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Lost in the world of 'home ownership and inheritance issues'

hey everyone,

thanks for reading my post, I can't find anything similar here, so I started a new thread.

Here the background information:
  • A couple of years ago, my father passed away, leaving my mother all alone in Lancashire, far away from my brother in London. 
  • So we decided to sell my mom's house, and settle her closer to family down South. 
  • There was a huge difference in house prices, the North / South divide was substantial 
  • Mom sold her 4 bedroom house up North for £180K
  • And we found a tiny flat in London for £300K
  • Mom wasn't able to finance the difference because she's retired.
  • I lent mom the difference of £120K (with a loan agreement) to buy the flat
Now my question..

My brother has unfortunately lost his job through Corona, and is struggling to pay his mortgage.
Therefore I would like to help-out and propose the following:

Basically I would like to pay-off my brother for his future inheritance.
Is that contractually possible?
My maths are as follows

£300K - £120K = £180K / 2 = £90K

So my idea was to give my brother £90K to repay his mortgage - and ultimately take some kinda ownership of my mom's house.

Surely there would need to be a three-way agreement made between all parties, as I would like to guarantee the ownership of the flat.
If a contract is needed, who sets-up that kind of agreement?

Alternatively, do I buy a further portion of my mom's house, which she in-turn gives to my brother?
Or, is it just a contract between my brother and myself - where he forfeits his inheritance?

As you can see; I am kinda lost, can anyone give me some advice if this is feasible, or am I completely out of touch with reality :)  

Just trying to help out in hard times
Thanks for hanging-on to the end.



  • user1977
    user1977 Forumite Posts: 12,432
    10,000 Posts Fifth Anniversary Name Dropper Combo Breaker

    Surely there would need to be a three-way agreement made between all parties, as I would like to guarantee the ownership of the flat.

    How can you "guarantee the ownership of the flat"? It's your mum's flat. She owes you the £120k loan. What you and your brother agree between yourselves isn't anything to do with her - or has she been involved in these discussions so far?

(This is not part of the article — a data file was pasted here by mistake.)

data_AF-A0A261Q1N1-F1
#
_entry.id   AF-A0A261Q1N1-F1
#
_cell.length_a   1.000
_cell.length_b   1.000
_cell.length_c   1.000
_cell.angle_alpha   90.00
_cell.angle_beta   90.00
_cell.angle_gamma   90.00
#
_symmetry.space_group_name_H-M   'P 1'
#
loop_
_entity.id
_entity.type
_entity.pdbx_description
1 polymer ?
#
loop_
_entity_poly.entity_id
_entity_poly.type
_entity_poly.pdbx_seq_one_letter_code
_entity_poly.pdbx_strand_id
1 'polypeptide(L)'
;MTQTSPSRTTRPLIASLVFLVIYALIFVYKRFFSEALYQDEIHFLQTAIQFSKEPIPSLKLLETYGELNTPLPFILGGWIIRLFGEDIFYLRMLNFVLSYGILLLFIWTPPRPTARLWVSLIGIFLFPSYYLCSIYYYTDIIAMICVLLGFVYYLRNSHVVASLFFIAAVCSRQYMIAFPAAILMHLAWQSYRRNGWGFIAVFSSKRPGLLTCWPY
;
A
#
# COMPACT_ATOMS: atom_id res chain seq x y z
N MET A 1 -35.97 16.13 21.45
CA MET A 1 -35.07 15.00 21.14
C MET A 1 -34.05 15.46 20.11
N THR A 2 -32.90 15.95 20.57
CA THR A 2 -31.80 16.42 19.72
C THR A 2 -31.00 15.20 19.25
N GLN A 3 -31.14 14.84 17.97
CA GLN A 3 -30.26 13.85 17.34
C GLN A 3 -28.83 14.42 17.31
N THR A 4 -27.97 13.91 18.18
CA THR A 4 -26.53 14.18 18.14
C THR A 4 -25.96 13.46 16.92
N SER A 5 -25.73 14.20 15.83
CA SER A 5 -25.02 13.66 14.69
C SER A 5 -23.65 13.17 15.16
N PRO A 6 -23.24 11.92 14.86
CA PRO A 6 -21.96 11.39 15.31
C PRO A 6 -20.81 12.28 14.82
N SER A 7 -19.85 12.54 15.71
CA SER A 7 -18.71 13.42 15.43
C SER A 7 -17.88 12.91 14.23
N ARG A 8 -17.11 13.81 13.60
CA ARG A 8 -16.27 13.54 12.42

• TBagpuss
    TBagpuss Forumite Posts: 11,191
    Part of the Furniture 10,000 Posts Name Dropper
    Wouldn't it be simpler just to lend your brother the money and have a charge over his property to secure it? Why bring your mum into it at all? 

    It also means that if your brother is in a position to pay you back once he gets a new job he can do so.

    Wouldn't a much simpler thing to do just be to  lend him a lower amount to cover the mortgage payments for the next few months until he is able to get back on his feet? 

    If your mum wants to, then she could sell you a further % of the flat in which case you and she would need to get an updated declaration of trust drawn up.

    This would of course have CGT implications for you when the flat is eventually sold, and your mum would of course have to decide whether she wished to give your brother the money, and to be confident she was retaining enough to cover any needs she may have now or in the future.  
    All posts are my personal opinion, not formal advice Always get proper, professional advice (particularly about anything legal!)
  • AdrianC
    AdrianC Forumite Posts: 42,189
    Eighth Anniversary 10,000 Posts Name Dropper
    I presume your father's will left everything to your mother?

    I presume your mother owns her flat, but you've got a charge registered at the Land Registry for the loaned amount, and she isn't repaying anything?

    So your mother currently has ~£180k equity (assuming the flat's value is still £300k).
    That doesn't mean she will have £180k at her death, of course. So you can't simply say "My brother's share of the inheritance is £90k".

    One way you could do what you want would be to extend the loan to your mother, and the charge on her flat, and she can gift £90k to your brother. BUT... if/when she needs residential care, that £90k gift will still be seen as being part of her assets.

    Alternatively, can you just loan your brother the £90k? Would your mother be willing to change her will to reflect that?
  • Would it not just be easier to lend your brother some money to help him on a short term basis with the view that he pays you back when he gets a new job? Providing you are on good terms. 

    Your mothers flat may increase in value and by buying him out of his inheritance now, you are essentially denying him any right to the value increase in the future which he may not be happy about. 

    On the other hand it may decrease in value, or have to be used to pay for any future care, in which case you will end up taking the hit whereas your brother sits comfortably on his 90k he's already received. 
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